Far fewer people are making the dangerous journey from Libya to Italy. Maryline Dumas of InfoMigrants talked to people in Libya to find out why.
The number of migrants arriving in Italy has significantly decreased since the beginning of this year. Compared to the same period in 2016, there has been a 22 per cent decrease. In August alone, there was a drop of 80 per cent. There are various theories about why this is, although a common thread is that European policies are having an impact.
“Pull-factor” of rescue boats?
Libya’s UN-backed Government of National Accord announced in August that there would be an exclusion zone off the Libyan coast that would bar rescue boats. Since then, NGOs are required to obtain permission from the Libyan state to enter this area to rescue people.
According to the Libyan coastguard spokesperson, General Ayub Ghassem, this has translated into a drop in departures. “Everyone who wants to work in the area must [respect the new exclusion zone]. If they agree, they will be able to enter our national waters. And only the Libyan government will decide which sectors and which fields of work will be allowed to enter.”
Ghassem firmly believes that NGO rescue boats have been a “pull factor” for migrants wanting to reach Italy. “The NGOs have acted as a maritime taxi service for the smugglers,” he says.
This is a position that has been firmly denied by NGOs operating on the Mediterranean. Doctors Without Borders (MSF) has been very clear that forcing people to remain or return to Libya is condemning them to suffering and abuse.
Local residents fed up
But with Europe’s borders at breaking point, EU policy makers have turned their focus to stopping the boats. One of the main Libyan departure points for migrants is the city of Sabratha. The local mayor, Hussein Dawadi, says that EU policy is stopping smugglers. “The European Union, through Italy, has sent a clear message that there will be an EU presence on the sea. This has been a first step. It has sent a signal to smugglers that they could be arrested during operations at sea.”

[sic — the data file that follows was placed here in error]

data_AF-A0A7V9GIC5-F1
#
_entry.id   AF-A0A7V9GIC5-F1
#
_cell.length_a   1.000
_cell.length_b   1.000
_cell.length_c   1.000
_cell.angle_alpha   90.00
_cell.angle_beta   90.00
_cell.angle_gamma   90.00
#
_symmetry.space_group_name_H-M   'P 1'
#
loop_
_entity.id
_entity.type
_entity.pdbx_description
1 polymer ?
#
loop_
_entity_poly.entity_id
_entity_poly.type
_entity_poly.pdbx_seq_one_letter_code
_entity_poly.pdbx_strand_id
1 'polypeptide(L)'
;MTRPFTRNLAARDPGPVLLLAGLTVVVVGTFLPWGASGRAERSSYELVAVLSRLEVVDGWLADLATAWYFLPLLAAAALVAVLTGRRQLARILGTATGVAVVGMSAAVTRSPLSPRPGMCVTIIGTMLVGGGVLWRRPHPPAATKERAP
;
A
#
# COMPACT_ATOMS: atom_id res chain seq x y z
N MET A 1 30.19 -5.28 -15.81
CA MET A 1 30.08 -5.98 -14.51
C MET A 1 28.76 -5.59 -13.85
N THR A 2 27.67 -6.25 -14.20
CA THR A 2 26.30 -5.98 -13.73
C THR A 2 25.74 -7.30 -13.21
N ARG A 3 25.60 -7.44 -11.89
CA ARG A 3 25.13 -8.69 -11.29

There has also been pressure mounting from local citizens. They are fed up with finding dead bodies on their beaches, featuring in negative media coverage and the difficulties of dealing with large groups of migrants.
In 2015, residents of the neighbouring town of Zuwara took matters into their own hands, forming a specialized intervention squad to hunt down and get rid of people smugglers. Now, bolstered by EU commitments to target smugglers, Sabratha hopes to do the same.
“Promises were made at the meeting in Rome. The EU representative said he would give 200 million euros to 11 Libyan cities concerned with migration issues,” says Mayor Dawadi, as one of the future initiatives to stop smugglers.
In addition, it has been alleged that the recent drop in migrants is due to Italy directly paying smugglers to stop their activities. A spokesperson from the one of the main smuggling operators, Brigade of the Martyr Anas al-Dabashi, confirmed this agreement to the Associated Press news agency.
Other factors involved
Migration analyst Chokri Ftis is cautious about these methods. He believes that Italy’s actions will just force smugglers to relocate their activities. “They have to find somewhere else. The obvious alternative is the Wershefana area and the Sidi Belal harbour, close to Tripoli,” he says.
Chokri is also careful to put the results of European policymakers in perspective. The exceptionally high number of migrants crossing to Europe in 2016, he says, distorts the figures for 2017. There are also other factors involved, he believes. Media coverage of the difficulties of the situation, as well as the current political situation in Libya, is discouraging migrants from coming. Furthermore, the northern flow of migrants from Sub-Saharan Africa has also been slowed because of internal conflict in southern Libya.